But, while the Raiders might have expected the move, it still leaves the team with yet another hole to plug in what is surely to be a busy offseason for the franchise.
Warren Sapp formally announced his retirement on Thursday but he had told friends and teammates of his decision prior to Oakland’s final game of the year against San Diego. Raiders’ owner Al Davis met with Sapp the night before the Chargers game and tried to persuade him to stay, asking Sapp if he was sure he wanted to retire.
Sapp, pointing to his chest and his familiar jersey number, told Davis “I’m 99 percent percent sure” but agreed to think about it for a few days. But it was clear to those closest to Sapp that his mind was already made up.
Talking after the game, Sapp noted the desire to spend more time with his two young children, both of whom live in Florida. He also speculated about the prospects of entering the broadcasting field, possibly as an NFL analyst for HBO.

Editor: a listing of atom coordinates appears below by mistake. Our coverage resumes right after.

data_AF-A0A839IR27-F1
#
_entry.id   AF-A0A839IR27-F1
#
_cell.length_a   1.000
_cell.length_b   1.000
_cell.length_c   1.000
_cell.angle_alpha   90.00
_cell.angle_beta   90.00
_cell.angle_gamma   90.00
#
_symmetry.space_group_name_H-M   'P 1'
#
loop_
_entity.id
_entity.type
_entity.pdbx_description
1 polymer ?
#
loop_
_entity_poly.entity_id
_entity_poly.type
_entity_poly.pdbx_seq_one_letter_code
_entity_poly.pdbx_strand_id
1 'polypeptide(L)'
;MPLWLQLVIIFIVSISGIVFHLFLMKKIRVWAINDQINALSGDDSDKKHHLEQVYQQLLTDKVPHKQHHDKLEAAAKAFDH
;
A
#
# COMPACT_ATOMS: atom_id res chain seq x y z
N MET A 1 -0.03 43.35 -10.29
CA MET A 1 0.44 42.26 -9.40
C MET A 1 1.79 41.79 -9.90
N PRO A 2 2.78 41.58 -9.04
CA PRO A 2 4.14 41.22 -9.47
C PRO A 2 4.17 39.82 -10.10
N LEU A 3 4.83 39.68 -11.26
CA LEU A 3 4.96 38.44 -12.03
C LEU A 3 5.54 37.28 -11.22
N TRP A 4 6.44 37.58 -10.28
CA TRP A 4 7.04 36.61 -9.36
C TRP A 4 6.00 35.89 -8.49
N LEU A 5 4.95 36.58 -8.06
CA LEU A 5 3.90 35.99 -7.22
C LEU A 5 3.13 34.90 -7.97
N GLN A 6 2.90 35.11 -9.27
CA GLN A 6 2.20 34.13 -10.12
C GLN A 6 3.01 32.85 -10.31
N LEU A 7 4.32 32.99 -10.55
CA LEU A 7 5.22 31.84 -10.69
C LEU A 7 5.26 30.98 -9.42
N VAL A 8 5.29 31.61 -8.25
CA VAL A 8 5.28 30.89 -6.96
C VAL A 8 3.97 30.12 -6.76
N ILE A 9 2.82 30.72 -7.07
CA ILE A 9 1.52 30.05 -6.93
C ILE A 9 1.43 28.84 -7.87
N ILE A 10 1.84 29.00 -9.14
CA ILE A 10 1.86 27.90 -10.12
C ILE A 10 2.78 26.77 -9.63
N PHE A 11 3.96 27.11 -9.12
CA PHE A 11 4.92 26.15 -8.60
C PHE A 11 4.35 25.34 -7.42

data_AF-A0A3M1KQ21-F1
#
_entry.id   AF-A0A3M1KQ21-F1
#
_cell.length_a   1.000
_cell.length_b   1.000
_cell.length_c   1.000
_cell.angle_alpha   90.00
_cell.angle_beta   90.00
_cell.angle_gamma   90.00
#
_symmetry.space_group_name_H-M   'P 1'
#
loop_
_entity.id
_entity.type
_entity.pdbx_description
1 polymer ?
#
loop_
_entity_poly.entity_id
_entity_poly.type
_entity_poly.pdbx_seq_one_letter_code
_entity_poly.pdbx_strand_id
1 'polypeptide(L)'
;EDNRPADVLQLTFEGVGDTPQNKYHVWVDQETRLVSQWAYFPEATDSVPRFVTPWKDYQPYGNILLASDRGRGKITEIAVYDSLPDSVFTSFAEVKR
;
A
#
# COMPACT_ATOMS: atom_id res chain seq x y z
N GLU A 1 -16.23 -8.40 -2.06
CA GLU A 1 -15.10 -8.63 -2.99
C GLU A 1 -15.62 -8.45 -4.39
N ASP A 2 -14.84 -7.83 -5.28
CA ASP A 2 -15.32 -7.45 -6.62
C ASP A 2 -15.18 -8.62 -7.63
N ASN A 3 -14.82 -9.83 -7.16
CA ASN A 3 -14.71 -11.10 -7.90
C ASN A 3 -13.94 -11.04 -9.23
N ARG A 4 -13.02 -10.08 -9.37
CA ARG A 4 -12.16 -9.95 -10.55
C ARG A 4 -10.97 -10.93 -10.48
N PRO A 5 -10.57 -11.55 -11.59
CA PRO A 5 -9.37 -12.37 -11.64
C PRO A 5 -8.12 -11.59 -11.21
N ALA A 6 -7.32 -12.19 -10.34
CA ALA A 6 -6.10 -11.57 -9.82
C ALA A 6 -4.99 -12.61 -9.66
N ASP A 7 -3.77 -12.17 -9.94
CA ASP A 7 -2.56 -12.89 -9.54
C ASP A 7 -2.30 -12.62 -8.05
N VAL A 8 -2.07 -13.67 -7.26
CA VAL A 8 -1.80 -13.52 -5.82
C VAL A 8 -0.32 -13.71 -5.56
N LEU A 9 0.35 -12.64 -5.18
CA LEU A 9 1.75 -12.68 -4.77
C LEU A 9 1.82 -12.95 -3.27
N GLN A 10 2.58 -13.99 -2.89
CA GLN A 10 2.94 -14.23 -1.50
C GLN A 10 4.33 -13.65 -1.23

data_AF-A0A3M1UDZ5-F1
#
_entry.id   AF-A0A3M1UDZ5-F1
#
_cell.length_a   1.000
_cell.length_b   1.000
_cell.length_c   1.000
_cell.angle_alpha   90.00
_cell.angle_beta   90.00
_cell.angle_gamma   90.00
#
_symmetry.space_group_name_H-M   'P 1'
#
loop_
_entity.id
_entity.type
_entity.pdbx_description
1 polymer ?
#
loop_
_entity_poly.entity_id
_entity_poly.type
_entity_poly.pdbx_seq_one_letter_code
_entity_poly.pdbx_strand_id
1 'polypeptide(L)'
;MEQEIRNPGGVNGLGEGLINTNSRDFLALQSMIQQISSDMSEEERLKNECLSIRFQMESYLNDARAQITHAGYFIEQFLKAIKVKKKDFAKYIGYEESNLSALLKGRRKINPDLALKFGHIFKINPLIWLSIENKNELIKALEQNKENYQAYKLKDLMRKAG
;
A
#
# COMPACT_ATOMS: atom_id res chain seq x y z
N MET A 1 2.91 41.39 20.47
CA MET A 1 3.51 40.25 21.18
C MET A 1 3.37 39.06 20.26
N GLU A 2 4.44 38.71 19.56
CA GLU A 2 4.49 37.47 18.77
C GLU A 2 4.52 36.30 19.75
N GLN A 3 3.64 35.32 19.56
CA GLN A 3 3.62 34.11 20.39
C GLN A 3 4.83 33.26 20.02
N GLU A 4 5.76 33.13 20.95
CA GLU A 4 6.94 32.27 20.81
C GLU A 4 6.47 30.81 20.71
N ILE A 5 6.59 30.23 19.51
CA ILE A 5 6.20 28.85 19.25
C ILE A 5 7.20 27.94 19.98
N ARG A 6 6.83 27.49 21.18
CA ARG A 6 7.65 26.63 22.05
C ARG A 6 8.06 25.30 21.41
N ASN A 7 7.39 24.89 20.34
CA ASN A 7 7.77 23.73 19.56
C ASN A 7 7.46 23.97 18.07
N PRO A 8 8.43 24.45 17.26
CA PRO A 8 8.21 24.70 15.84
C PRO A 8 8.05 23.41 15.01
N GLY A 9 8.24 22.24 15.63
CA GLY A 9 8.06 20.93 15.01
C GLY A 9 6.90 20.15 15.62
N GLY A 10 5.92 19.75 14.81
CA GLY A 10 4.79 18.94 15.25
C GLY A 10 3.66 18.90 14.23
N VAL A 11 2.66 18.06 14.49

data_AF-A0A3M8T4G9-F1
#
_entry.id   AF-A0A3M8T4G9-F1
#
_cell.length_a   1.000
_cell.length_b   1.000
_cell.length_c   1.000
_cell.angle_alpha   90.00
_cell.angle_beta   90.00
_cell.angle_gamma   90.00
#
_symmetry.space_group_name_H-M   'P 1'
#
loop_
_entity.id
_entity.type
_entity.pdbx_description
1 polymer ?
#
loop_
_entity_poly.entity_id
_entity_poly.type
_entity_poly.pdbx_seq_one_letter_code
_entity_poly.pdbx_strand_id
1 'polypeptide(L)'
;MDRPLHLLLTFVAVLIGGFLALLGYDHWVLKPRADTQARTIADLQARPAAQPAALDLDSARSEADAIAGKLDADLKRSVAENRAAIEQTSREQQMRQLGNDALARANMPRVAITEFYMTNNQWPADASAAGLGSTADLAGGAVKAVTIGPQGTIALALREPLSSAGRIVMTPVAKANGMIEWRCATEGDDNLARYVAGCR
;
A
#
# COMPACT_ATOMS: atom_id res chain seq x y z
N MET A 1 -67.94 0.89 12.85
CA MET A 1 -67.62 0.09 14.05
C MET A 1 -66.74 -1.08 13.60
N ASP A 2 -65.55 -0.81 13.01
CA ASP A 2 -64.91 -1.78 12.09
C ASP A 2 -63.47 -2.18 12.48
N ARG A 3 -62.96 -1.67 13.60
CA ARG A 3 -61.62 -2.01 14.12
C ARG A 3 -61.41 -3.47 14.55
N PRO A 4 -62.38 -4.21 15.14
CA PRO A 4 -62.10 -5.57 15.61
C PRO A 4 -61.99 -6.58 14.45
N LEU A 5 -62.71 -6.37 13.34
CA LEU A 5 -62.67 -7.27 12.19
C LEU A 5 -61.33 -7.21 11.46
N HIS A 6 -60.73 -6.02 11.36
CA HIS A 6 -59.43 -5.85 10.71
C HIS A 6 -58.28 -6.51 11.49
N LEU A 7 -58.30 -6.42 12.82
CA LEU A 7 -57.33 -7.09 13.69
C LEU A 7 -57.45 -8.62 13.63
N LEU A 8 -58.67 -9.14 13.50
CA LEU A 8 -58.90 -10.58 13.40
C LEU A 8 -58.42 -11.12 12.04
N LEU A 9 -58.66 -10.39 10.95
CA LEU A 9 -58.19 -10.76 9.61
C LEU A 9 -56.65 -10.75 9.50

For the Raiders, though, life after Sapp might not be as easy. Though his numbers dropped off this season, he was still a force in the middle for the defense and routinely took on double teams, which freed up defensive ends Derrick Burgess and Chris Clemons to rush the quarterback.
Now Oakland must decide what to do to fill his void. The logical move would be to slide Tommy Kelly from defensive end to Sapp’s three-technique spot, but Kelly is coming off a season-ending knee injury and is a free agent. While the Raiders would prefer to re-sign him, it’s possible Kelly might not want to return without Sapp, who has been a mentor of sorts to the young defensive lineman over the past four seasons.
If Kelly doesn’t re-sign, Oakland will head into the offseason having to sign at least two, if not three, defensive linemen.